Here's some random cool songs I ran into in the last 24 hours. At Aquarium Drunkard there's a handful that fall into the category of blue eyed soul, a term I've got issues with. It's soul or it ain't, eye color or skin color shouldn't enter into the conversation. Let me give you an example. Little Richard records "Tutti Fruiti", and it is rock 'n' roll. There's no debating that. But Pat Boone records "Tutti Fruiti", and what is it? Blue eyed rock 'n' roll? Is it rock 'n' roll? It is neither. It is pap, watered down, sanitized pap. There are no gimmees in rock 'n' roll, nor should there be in soul music. If it's watered down or half realized, call it watered down or half realized. Or clueless, or determined effort, or nice attempt or whatever, Anyway, whatever you want to call it, Aquarium Drunkard just posted some, uh, determined efforts, one by Leslie Gore and others by bands you probably never heard of. They're all really good, I'm totally digging the Leslie Gore cut.

I also ran into an instrumental of "Twist and Shout" by Neil Wolfe, a pianist. But what I like in that one isn't the piano, it's the rhythm guitar. Check it out, it has a kind of a reggae chunk-a-chunk. The drummer goes off in a couple places too. If you do want to here some really great piano, check Chuck Berry's "Wee Wee Hours" at Probe is Turning-On the People. Swear to God, Johnnie Johnson's fills are the star of that song.

~ NOTE: ALL MEDIA IS HOSTED BY THE BLOGS & SITES NAMED BELOW ~
Listen:
Wax Wonders: Blue Eyed Soul at Aquarium Drnkard Four songs: Lesley Gore, Bob Brady & The Con Chords, and two by Wakefield Sun. Go there to get them.
Neal Wolfe - Twisty and Shout mp3 (via DivShare) at De Disco y Monstruos  Once you get to DivShare, click on the small green "Download" button, and scratch your head for fifteen seconds while the timer counts down. When the button reappears, you're good to go.
Chuck Berry - Wee Wee Hours mp3 at Probe is Turning-On the People Scroll down to Session 481

Monday, March 31, 2014

TO FALSE STARTS

If ever there was a band that put out one great LP and subsequently took a shit, it was the Modern Lovers. Their first LP is great, from beginning to end. It's hard to believe that it was intended as demos. Recorded in 1971 and 1972, the sessions for all but one of the songs were funded by two labels that hoping to sign them, with one of the sessions produced by John Cale. After taking roughly a year to make a decision about which label to sign with, they decided on Warners, and went back in the studio with Cale for a proper recording session. This is right about the moment they took a shit. Sometime during the course of that year between sessions, Jonathan Richman went kinda goofy, as in not crazy, but literally goofy. He didn't want the band to sound as they did, and was leaning towards lighter weight stuff, songs like "Abominable Snowman in the Market", "Hey There Little Insect", and "Here Come the Martian Martians". The rest of the band, the label, and Cale had a collective "WTF?" moment. Things for the original Modern Lovers were over, and everyone went their own way. Richman got his mellow cake, and the other members would end up in the Talking Heads (Jerry Harrison, keyboards), DMZ and the Cars (David Robinson, drums), the Neccessaries (Ernie Brooks, bass) and the Real Kids (intermittent part time member John Felice, guitar).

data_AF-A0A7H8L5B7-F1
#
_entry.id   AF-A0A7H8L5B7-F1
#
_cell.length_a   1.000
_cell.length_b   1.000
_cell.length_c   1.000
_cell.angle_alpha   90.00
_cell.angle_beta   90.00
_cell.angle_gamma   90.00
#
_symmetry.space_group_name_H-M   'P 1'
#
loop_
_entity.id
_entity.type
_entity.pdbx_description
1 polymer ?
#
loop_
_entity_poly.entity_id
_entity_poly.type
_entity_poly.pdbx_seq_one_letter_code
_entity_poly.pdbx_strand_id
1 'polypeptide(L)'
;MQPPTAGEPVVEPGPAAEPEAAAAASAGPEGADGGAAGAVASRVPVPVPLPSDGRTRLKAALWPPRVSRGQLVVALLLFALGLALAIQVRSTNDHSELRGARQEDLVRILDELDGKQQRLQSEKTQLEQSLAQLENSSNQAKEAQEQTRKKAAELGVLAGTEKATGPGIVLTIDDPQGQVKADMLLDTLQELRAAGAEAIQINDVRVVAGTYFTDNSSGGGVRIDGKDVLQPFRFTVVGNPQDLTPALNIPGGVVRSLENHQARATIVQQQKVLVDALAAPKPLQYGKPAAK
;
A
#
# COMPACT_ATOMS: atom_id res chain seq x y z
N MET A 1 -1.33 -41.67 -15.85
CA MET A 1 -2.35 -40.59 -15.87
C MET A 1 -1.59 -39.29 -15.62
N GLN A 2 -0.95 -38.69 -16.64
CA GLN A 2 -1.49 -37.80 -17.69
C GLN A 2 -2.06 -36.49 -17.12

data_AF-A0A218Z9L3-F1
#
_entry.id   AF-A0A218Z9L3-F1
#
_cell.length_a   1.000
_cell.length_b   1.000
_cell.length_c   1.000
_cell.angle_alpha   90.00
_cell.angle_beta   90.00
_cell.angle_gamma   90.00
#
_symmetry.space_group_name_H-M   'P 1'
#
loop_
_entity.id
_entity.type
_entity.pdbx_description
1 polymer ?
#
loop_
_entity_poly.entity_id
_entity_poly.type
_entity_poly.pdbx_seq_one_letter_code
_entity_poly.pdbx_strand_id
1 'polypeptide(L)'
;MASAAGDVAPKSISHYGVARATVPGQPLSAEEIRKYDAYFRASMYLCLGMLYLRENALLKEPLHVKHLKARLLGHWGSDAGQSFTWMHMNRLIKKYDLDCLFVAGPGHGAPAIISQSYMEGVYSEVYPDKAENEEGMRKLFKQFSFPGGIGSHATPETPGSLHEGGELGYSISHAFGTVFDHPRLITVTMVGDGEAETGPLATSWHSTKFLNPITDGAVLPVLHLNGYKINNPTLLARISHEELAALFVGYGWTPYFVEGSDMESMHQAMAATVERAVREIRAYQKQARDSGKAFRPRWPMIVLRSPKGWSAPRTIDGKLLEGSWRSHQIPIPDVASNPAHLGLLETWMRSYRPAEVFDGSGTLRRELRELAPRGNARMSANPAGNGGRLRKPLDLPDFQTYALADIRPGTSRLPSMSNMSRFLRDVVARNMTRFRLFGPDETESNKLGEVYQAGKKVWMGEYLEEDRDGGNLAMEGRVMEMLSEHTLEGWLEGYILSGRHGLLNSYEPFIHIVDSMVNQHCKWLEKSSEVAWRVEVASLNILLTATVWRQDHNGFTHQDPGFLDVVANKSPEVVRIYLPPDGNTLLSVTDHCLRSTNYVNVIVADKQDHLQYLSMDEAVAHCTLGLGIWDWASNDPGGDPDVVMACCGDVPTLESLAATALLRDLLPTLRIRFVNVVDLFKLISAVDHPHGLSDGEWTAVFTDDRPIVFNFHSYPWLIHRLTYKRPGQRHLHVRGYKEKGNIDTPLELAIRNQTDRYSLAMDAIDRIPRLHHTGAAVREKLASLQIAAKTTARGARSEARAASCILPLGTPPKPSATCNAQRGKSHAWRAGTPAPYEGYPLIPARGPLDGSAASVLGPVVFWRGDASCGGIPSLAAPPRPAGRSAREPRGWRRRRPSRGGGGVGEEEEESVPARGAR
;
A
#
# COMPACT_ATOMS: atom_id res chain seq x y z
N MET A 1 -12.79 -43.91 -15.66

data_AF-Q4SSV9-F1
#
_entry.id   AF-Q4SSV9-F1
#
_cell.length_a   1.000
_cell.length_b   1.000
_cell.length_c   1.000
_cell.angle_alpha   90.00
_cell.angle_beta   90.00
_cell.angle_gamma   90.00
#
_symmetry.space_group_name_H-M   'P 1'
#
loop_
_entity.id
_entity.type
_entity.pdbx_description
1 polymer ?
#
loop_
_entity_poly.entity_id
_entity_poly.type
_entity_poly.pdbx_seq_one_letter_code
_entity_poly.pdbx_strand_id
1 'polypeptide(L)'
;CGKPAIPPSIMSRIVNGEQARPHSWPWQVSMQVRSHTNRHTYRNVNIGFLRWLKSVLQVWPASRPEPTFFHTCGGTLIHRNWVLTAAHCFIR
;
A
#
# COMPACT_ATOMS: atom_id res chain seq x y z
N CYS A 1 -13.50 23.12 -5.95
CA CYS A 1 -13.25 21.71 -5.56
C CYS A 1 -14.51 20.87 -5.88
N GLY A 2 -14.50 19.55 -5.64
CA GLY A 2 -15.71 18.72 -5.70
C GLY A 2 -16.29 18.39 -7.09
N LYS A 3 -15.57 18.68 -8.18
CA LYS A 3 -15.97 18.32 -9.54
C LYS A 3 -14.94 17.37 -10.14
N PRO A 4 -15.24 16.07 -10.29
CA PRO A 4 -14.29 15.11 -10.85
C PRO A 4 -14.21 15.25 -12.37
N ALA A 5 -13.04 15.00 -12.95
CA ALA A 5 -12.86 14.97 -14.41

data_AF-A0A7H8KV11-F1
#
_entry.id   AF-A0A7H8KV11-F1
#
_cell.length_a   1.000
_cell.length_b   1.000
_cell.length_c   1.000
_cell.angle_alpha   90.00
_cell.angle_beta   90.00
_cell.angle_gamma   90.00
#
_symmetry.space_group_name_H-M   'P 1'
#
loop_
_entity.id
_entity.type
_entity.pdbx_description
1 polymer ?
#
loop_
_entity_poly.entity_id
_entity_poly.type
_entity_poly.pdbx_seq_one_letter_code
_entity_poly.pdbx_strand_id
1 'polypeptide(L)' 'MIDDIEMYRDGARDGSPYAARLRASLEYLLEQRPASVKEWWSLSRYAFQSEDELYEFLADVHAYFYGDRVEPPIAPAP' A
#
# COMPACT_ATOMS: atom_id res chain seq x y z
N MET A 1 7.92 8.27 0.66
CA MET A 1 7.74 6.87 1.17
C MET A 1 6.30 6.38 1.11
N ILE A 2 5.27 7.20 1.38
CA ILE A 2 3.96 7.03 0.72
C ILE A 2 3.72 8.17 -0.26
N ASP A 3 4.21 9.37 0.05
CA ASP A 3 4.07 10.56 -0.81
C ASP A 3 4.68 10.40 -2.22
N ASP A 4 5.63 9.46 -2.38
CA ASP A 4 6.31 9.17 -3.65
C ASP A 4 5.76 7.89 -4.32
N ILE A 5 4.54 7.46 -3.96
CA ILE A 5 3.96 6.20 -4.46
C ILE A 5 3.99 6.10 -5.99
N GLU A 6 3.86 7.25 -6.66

You can read a lot more about the the history of the Modern Lovers at Rock In Boston (excellent), and Wikipedia and such. The one tidbit I found interesting was that at the time of the aborted recording sessions, Richman was friends with Gram Parsons. They shared the same manager, Matthew Kaufman, and were his only two clients. Good enough friends that they were playing miniature golf together the day before Parsons died. They had reportedly also discussed working together. Had that happened, would Parsons had cleaned up? Shunned Keith Richards? Would he have lived? Would he have gone the direction of Richman, and put out his own childrens records for adults? A whole chapter of the lexicon of cool would have to be rewritten. The horror.

If you're already familiar with the first LP and dig it, you need to check the live thing at Aquarium Drinkard, two sets from 1971 and '72. It may not surface again.

~ NOTE: ALL MEDIA IS HOSTED BY THE BLOGS & SITES NAMED BELOW ~
Listen:
Modern Lovers - She Cracked mp3 at The Rising Storm
Modern Lovers - Pablo Picasso mp3 at DJNoDJ
Modern Lovers - Roadrunner mp3 at BlahblahblahScience
Modern Lovers - I Wanna Sleep In Your Arms mp3 at Boogie Woogie Flu Bonus cut on reissue
Very early live:
The Modern Lovers - Live at Stonhenge Club at Aquarium Drinkard Two sets in one zip. 1970-71 Ipswich, MA.